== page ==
California Sweepstakes and Contest Laws

Federal Sweepstakes and Contest Laws

In the United States, promotions are controlled by the Federal Trade Commission, the Federal Communications Commission, the United States Postal Service, and the United States Department of Justice. These organizations regulate the nation-wide rules relating to sweepstakes and contests, like:

  • Winners are required to pay taxes on any prizes won; a prize over $600 is considered miscellaneous income to the government
  • Sponsors must issue a 1099 form to winners’ of prizes valued over $600
  • Guns offered as prizes must be transferred to a Federally Licensed Firearm Dealer who will go through the process of registering the gun to the new owner
  • Official rules must clearly identify the value of the prize as the ARV or Approximate Retail Value based on the fair market value at that time

Registration and bonding will be determined by the prize value and is handled on a per-state basis.

Additionally, the United States has strict laws barring private lotteries, so in order to be legal, sweepstakes and contents need to differentiate themselves from lotteries. A lottery is defined by law as a promotion that has all three of the following elements:

  • The promotion is offering prizes that have value
  • The winners of the promotion are chosen at random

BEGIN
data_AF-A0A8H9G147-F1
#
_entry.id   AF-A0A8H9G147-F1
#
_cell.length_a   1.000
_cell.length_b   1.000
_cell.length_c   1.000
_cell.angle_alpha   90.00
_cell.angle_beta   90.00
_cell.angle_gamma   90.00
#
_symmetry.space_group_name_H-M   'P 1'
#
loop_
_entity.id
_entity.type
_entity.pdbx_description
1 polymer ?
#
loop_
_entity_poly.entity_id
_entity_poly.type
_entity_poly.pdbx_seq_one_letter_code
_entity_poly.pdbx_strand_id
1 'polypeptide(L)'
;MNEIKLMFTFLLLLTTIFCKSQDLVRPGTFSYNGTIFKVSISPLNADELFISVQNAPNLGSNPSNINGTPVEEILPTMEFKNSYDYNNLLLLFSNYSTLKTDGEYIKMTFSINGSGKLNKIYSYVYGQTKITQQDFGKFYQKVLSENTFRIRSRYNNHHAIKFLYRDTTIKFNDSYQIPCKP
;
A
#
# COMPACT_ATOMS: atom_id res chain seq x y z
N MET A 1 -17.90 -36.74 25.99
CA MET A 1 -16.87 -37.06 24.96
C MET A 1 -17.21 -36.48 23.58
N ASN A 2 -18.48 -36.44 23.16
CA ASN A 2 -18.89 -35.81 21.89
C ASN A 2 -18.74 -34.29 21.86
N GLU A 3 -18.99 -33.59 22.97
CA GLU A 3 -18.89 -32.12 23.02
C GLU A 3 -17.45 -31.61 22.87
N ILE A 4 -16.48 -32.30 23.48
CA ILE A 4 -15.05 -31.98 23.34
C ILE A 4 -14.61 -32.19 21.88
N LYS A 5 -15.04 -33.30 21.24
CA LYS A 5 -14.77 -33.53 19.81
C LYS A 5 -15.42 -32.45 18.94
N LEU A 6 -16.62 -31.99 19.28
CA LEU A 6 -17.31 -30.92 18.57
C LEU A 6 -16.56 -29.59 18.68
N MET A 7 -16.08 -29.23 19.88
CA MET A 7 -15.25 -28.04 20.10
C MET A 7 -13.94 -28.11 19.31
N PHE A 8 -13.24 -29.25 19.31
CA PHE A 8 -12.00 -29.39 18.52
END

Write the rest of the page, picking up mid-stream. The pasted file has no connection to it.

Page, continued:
• There is an element of consideration

In order to NOT be classified as an illegal lottery, at least one of these elements needs to be missing. Because prizes and luck are central to sweepstakes, the element of consideration is usually eliminated.

California Sweepstakes and Contest Laws

California’s sweepstake and content laws are quite strict when it comes to alcohol. You cannot require or even encourage someone to purchase alcohol to win a prize, therefore you cannot offer game labels on corks, bottle caps, labels, or other alcoholic beverage packaging. You cannot require people to visit a retail location that sells alcohol to complete an entry. So, if entry forms are being offered at liquor stores, bars, or other licensed locations, there must be another way to get them. Furthermore, alcohol cannot be the sole prize awarded. Instead, it must be an “incidental part of a prize package”.

Disclaimer: This information is not complete and only aims to display the most prominent state-specific deviation from Federal laws.

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